The Late John Tomblin (at SRC)

It is with a deep sense of sadness that we mark the passing of the second Head of the Seismic Research Unit, Dr. John Frederick Tomblin. A British national, he was appointed geologist in 1964 and became an integral part of growing the fledgling Unit. He was assumed the Headship in 1968, upon the resignation of the original Head, Dr. Geoffrey Robson, who was moving on to the United Nations Development Programme.

John was hard-working, energetic and very committed to meeting the problems presented to the Eastern Caribbean region by earthquakes and volcanoes. His was not mainly a theoretical or academic attitude, but a more applied, and very active approach to the challenges of making scientific observations and establishing routine monitoring. During his time as Head, major strides were made in instrumenting the volcanoes of the Eastern Caribbean and in upgrading the seismograph network, and his hallmark was tirelessly getting things done during an eruption or earthquake crisis. At such times, heads of government relied upon his scientific advice.

In his efforts, John was always constructively looking for collaborations with the wider scientific and engineering communities, and used his modern languages skills to great effect with our French-speaking neighbours and in the wider Spanish-speaking world of South and Central America. The range of his involvements was wide: from basic geological and petrological research on volcanoes, to practical geothermal exploration in Saint Lucia and engineering seismology for structural response. He also found time to serve on various international agency missions, and outreach initiatives.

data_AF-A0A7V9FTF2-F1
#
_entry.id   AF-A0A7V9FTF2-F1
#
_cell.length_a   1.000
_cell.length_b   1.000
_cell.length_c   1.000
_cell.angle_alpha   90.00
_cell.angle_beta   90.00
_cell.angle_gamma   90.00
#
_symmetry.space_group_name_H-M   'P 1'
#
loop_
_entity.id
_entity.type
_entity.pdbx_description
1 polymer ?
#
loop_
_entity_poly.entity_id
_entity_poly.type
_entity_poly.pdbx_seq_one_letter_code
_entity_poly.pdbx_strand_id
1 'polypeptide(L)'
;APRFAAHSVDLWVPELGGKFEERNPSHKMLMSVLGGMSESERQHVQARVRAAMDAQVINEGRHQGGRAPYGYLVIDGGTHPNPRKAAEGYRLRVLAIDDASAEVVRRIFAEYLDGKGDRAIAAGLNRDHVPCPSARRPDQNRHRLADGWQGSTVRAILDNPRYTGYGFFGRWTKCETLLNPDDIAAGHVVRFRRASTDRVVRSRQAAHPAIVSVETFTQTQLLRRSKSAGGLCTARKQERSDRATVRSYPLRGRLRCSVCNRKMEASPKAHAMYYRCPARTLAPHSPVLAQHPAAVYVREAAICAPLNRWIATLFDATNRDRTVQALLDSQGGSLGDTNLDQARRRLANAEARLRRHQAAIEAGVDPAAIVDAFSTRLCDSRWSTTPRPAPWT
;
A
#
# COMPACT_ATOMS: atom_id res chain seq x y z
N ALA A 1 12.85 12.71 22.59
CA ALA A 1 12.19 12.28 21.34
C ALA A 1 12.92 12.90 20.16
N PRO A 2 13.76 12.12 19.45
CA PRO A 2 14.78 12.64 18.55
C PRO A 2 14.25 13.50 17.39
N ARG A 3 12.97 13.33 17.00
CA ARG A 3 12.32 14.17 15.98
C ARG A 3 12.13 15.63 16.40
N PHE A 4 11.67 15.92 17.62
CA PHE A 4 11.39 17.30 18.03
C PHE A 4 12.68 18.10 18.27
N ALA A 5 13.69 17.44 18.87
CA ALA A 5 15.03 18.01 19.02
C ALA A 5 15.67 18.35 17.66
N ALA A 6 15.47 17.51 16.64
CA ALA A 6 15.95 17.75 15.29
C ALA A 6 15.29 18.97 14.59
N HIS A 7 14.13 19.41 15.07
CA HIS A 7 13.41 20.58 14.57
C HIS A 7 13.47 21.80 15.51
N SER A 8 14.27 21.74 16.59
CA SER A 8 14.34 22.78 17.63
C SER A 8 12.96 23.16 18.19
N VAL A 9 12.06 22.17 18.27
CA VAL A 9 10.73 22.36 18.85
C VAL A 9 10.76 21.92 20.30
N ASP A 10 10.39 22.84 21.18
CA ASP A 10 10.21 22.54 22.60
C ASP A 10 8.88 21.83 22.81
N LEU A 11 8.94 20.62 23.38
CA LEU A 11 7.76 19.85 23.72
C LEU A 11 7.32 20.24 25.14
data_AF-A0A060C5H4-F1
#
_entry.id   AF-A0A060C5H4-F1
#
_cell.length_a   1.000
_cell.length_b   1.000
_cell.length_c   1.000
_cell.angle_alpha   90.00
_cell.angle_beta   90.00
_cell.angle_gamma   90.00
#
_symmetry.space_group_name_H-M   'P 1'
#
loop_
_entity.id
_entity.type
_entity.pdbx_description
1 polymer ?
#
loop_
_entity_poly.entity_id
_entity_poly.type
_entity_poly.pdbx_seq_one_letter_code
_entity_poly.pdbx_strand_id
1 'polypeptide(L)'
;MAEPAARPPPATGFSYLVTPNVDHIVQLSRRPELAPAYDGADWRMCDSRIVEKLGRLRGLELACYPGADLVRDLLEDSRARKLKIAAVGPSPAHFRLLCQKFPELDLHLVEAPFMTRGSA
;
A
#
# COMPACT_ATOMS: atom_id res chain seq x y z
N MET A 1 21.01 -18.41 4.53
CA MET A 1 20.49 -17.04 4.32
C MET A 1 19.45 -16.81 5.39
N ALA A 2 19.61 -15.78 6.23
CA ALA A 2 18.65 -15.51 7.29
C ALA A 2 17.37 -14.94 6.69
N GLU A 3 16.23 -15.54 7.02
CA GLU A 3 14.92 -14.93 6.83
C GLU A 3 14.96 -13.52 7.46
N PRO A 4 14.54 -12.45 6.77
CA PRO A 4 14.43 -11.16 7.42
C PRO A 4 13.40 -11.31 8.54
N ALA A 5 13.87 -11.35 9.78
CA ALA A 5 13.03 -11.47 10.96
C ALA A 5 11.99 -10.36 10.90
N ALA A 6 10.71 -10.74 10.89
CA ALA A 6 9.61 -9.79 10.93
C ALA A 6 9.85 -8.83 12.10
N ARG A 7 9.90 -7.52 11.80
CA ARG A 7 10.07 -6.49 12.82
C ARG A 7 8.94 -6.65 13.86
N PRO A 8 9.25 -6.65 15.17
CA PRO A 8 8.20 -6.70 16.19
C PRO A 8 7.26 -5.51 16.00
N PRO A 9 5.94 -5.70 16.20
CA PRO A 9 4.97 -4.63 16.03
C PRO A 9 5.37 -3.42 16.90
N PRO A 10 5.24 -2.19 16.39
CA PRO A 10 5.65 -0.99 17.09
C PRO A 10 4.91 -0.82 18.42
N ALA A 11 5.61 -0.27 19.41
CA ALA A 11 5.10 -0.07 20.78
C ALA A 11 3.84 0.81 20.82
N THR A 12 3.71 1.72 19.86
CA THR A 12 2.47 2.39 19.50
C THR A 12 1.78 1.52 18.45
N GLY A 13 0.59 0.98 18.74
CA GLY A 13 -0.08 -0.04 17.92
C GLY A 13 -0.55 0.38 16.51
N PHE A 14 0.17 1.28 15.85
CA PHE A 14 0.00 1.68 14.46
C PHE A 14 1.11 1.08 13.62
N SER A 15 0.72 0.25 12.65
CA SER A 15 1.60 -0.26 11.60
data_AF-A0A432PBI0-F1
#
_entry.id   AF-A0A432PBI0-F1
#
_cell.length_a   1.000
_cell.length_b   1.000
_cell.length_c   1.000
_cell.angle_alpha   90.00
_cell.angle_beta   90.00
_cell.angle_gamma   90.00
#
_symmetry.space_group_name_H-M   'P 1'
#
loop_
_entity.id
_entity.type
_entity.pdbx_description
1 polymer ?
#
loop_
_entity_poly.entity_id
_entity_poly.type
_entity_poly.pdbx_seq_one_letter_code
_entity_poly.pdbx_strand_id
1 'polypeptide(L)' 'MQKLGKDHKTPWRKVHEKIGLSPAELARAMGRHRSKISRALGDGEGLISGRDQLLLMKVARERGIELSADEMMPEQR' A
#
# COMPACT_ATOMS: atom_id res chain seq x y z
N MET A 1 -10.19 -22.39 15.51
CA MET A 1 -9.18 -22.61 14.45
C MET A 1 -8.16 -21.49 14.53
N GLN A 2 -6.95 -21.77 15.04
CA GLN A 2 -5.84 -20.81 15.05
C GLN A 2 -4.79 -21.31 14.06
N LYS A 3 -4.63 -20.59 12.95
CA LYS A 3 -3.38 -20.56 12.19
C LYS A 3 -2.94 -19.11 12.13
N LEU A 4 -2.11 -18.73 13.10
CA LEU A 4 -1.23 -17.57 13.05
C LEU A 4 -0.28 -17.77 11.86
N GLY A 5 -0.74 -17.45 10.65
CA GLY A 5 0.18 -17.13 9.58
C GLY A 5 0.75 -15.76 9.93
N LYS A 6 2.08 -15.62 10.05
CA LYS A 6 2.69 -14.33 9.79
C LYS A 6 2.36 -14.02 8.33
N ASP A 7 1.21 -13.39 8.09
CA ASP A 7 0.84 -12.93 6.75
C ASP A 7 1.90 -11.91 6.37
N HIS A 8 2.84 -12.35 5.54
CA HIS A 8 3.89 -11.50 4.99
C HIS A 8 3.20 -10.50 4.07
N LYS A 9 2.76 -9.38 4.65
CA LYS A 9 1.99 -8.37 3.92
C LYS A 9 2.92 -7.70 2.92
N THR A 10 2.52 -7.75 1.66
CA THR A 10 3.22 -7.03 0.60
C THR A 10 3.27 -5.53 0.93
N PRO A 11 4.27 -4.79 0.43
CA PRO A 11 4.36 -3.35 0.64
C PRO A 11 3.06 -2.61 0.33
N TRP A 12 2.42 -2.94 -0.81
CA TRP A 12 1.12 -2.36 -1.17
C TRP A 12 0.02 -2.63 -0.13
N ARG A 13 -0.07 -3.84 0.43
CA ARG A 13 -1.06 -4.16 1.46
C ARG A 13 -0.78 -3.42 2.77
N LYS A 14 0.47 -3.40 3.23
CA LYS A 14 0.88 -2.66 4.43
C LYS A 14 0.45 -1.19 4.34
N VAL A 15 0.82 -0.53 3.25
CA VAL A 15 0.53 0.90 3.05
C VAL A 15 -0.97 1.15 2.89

Within Trinidad and Tobago, John struck up close working relations with the engineers, in pursuit of improvements in seismic building codes and standards, and this is one particular on-going legacy of his time at St Augustine. Another important legacy was his encouragement of local and regional students and helping facilitate their research ambitions: the Hon. Prime Minister, Dr Keith Rowley, was the first West Indian to obtain a PhD in volcanology, and the present SRC Director, Dr Richard Robertson, is another whose career started with his involvement as a school-boy assisting the SRC in the 1979 eruption of the volcano in St Vincent. It was also under his Headship that current seismologist, Dr. Joan Latchman, as one of the seismology technicians, was allowed flexi-time to continue working full time and pursue an under-graduate degree full time. He so identified with the region and its geological challenges that he became a citizen of Trinidad and Tobago in the late 1970’s.

In many ways, John Tomblin’s tenure marked the transition of SRC from a former colonial Unit, staffed predominantly by expatriates, into the present Centre with a staff of regional and international specialists, some of whom overlapped with him before he left to join UNDRO in 1980. This included the ground-breaking appointment in 1974 of a woman volcanologist, Dr Marion Michael-Leiba, at the start of what turned, worldwide, into a major gender balance change in the profession. From his position at UNDRO he encouraged volcanic risk assessments at Eastern Caribbean volcanoes and provided funding support for SRC to undertake the Wadge and Isaacs study of Soufrière Hills Volcano, Montserrat, in 1986 and continued to use his influence to assist the post-graduate efforts of students associated with the SRC.

Many years later, in 1995, while living in semi-retirement in Antigua, he went across to the MVO in Montserrat to offer his assistance with the escalating volcanic unrest. Undeterred by the physical challenge and exhibiting the same attitude he had in younger days, he climbed on foot into the active crater with a local, “Mountain Man”, to fix an EDM reflector on Castle Peak dome for monitoring purposes – an undertaking younger members of the team would not even contemplate!

John was married to his wife, Judy, and to them were born two sons, Marcus and Ben; he had four grandchildren. For several years after his official retirement from UNDRO, he lived in both Antigua and France, so maintaining ties with the region he loved, but then moved to France in 2008. He passed away at his home, in France, on 17th April. He was 77 years old. His was a life well-lived, with a rich legacy of service regionally and internationally. We extend sincere condolences to his wife, family and many friends and colleagues. May his soul rest in peace.